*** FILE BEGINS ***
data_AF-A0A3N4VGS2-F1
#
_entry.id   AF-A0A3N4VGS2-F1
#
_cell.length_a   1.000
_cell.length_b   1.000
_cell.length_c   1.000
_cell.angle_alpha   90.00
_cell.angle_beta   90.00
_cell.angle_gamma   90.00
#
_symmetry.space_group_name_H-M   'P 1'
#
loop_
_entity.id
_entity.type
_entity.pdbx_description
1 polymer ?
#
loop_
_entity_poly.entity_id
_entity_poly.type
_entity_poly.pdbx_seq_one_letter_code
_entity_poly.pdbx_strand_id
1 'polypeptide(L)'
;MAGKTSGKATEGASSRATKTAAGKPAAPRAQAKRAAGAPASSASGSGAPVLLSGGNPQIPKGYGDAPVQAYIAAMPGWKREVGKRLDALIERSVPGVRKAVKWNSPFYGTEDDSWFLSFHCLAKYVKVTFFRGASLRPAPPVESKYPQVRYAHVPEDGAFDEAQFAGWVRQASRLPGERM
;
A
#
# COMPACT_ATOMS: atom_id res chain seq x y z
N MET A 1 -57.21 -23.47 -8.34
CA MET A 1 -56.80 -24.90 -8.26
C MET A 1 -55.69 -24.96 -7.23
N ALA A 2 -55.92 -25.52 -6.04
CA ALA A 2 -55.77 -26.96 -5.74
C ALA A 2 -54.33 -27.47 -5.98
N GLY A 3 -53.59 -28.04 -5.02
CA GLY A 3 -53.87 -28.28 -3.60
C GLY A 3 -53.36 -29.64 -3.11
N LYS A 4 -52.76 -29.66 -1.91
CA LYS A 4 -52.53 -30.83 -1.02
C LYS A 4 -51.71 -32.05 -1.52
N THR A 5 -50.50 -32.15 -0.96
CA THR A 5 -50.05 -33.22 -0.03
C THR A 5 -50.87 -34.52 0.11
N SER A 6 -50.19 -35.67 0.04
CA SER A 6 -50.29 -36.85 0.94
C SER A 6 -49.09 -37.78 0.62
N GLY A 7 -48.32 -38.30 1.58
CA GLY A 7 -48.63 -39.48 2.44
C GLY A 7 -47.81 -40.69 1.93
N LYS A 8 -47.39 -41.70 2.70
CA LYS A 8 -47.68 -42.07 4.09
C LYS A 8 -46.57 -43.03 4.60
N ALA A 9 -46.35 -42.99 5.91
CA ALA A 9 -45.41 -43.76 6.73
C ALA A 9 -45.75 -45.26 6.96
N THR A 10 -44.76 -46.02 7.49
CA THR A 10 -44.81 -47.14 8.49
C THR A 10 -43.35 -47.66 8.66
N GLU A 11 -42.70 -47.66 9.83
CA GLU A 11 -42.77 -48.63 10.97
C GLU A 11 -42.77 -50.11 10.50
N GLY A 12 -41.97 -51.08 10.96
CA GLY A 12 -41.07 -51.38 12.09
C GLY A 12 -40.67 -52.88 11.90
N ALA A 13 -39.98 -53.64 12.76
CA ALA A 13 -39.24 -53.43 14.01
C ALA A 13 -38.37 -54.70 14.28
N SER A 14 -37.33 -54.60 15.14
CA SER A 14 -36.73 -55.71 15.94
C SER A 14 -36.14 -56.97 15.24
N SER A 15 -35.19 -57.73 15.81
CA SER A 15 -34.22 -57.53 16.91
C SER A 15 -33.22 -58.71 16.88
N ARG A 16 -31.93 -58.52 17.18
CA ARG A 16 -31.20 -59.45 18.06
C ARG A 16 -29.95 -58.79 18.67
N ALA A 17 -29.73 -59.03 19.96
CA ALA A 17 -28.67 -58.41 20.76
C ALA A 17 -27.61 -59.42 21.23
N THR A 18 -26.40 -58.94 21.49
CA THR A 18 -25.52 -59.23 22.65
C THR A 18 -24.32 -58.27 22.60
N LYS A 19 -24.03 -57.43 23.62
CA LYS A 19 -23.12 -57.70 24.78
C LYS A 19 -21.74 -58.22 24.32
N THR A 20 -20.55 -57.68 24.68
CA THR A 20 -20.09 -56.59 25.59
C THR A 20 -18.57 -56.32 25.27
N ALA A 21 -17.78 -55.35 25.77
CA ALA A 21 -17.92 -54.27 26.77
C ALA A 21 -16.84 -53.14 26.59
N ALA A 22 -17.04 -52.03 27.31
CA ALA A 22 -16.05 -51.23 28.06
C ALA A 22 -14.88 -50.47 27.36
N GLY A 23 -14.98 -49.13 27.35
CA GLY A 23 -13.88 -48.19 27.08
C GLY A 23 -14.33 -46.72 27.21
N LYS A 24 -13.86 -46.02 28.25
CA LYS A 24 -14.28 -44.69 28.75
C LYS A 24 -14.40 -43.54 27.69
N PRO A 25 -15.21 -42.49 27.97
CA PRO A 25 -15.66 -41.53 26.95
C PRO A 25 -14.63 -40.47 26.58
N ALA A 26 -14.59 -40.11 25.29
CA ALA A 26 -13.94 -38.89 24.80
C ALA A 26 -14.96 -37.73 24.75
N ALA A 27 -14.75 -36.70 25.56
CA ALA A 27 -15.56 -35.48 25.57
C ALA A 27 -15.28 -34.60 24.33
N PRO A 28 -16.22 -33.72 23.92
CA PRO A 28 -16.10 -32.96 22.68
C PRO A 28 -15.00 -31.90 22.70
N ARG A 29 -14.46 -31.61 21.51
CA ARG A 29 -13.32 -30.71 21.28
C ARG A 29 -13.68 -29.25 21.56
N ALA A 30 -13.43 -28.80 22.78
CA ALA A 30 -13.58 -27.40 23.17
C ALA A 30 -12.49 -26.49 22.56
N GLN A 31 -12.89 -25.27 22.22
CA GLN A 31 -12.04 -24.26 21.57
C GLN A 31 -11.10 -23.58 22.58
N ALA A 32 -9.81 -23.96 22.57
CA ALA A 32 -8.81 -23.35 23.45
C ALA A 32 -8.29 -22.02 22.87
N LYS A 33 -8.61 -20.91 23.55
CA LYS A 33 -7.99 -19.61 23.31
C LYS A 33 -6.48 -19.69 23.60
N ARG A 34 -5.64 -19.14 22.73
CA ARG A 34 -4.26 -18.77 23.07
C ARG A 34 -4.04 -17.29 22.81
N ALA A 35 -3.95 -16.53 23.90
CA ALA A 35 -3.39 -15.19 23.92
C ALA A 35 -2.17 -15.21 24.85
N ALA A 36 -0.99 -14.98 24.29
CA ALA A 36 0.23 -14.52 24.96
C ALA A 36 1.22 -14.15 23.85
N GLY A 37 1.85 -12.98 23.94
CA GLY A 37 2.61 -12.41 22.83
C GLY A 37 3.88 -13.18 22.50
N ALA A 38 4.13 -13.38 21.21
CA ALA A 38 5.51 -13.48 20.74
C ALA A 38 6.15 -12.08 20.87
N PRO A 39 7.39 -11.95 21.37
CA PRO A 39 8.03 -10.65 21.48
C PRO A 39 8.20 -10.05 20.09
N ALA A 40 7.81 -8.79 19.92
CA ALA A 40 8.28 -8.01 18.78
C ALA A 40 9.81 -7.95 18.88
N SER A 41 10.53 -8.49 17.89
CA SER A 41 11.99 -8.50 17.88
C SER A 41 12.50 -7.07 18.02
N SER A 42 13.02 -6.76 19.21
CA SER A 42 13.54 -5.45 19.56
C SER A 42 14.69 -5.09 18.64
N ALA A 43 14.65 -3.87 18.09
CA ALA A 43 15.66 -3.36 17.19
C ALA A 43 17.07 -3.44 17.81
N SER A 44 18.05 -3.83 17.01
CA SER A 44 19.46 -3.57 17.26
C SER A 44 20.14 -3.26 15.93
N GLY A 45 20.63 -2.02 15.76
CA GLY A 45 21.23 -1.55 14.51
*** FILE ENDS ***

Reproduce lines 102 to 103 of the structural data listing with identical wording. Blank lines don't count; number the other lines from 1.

C LYS A 24 -14.40 -43.54 27.69
N PRO A 25 -15.21 -42.49 27.97